Of course, you can't get extra credit for them anyway...  But they might be fun to read.  Especially if you're really bored or something... summer's like that.

Wednesday, June 5, 2013


Feel free to check back in over the summer and leave comments - but this is it: the last chance at getting extra credit for reading/ discussing the blog.

We've done a lot this year.  (Just read back through old posts and see for yourself...)

What I'd like you to do for this blog post is discuss how the year went with the adult.  I'd prefer if you focused specifically on this class, but you can venture into school in general if you please.

What was your favorite activity or moment from this class?  What lessons went well?  What didn't go well?  Can you name anything you learned?  Do you remember anything from back at the beginning of the year?  (Think about latitude and longitude; culture; ethnocentrism; globalization; etc...)  What are you going to do this summer to avoid brain drain?  When reflecting on the year, there's plenty to discuss.  So reflect; discuss.

Maybe I'll post tomorrow and give you my thoughts on the year, and how I plan on avoiding summer brain drain.

To get the extra credit, write 3 sentences from your discussion, and have the adult you discussed with sign the paper.  Turn it in tomorrow.  (I wouldn't wait until Friday.)

Summer... here we come.

Tuesday, June 4, 2013

In the Lead

We're looking at the leaders of Ancient China.  The chancellors met with groups of people in various provinces.  They had to determine who was most fit to rule China.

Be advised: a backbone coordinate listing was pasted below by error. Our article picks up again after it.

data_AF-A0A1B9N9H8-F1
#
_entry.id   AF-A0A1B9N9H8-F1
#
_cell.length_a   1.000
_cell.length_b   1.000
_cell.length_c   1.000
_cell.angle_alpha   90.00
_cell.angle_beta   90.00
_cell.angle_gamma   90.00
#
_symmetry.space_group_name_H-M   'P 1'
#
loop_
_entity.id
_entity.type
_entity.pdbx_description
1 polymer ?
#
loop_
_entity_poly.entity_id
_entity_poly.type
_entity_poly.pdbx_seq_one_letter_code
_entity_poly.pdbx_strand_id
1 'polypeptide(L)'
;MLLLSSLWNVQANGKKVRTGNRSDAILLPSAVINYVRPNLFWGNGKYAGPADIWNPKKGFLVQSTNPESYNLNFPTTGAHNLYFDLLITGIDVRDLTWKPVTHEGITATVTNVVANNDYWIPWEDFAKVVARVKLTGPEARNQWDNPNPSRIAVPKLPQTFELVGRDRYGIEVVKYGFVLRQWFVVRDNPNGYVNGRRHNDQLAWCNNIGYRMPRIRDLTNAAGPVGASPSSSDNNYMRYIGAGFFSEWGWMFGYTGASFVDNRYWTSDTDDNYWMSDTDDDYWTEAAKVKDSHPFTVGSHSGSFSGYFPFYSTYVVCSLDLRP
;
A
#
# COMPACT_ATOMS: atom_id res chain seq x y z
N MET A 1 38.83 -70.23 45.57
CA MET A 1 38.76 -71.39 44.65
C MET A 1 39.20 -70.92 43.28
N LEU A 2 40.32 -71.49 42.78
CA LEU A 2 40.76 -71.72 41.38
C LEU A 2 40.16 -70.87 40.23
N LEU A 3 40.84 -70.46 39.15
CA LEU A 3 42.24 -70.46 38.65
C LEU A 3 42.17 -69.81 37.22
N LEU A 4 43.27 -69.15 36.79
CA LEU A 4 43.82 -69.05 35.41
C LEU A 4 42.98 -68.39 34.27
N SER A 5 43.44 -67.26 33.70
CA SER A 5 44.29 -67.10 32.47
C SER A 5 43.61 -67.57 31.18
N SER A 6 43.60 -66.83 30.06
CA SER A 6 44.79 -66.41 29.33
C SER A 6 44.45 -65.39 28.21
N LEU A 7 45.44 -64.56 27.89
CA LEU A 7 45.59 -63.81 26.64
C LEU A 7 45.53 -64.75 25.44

All three groups won at different times of the day - which was nice, because it is also true of China.

The emperor met with the chancellors, and listened to their advice.  I was impressed with the maturity showed by these leaders.  They asked valid questions and generally took the advice of their chancellors.  There was one case where 3 chancellors voted one way, while 2 voted another way - and the emperor went with the minority.  When he was questioned about this, he said it was because his most trusted chancellor was in the minority.  Great answer, man.  Great answer.

If you want the extra credit for reading and discussing the blog... well... you have to read and discuss it.

Tell the adult you read the blog with about the role you played.  What did you do?  Who did the emperor choose?  Why do you think he choose them?

On a scrap of paper, write down 2 thoughts about this activity.

Have the adult you read the blog with sign the scrap of paper.

See you tomorrow.

Monday, June 3, 2013

Winding Up, Winding Down

When there are less than 5 days of school left, and everybody around us is already on vacation, it's sometimes difficult to retain focus.

Yet here we are.

We started an activity today on the Chinese dynasties.  There are 3 groups we are looking at: aristocrats, scholars, and foreigners.  Each group believes they should rule.  They plead their case before the chancellor of their province.  The chancellors will take their case before the emperor, and the emperor will decide.

Today, the students are still in their groups, trying to figure out why they should lead.  Tomorrow, they'll argue.

If you want the extra credit, you were supposed to have read this blog with an adult.  If you did that, discuss with them what makes a good leader.  Then, on a scrap of paper, tell me whether you see yourself as a leader or not, and tell me why.  Have the adult sign the paper.

Turn it in tomorrow in the extra credit tray.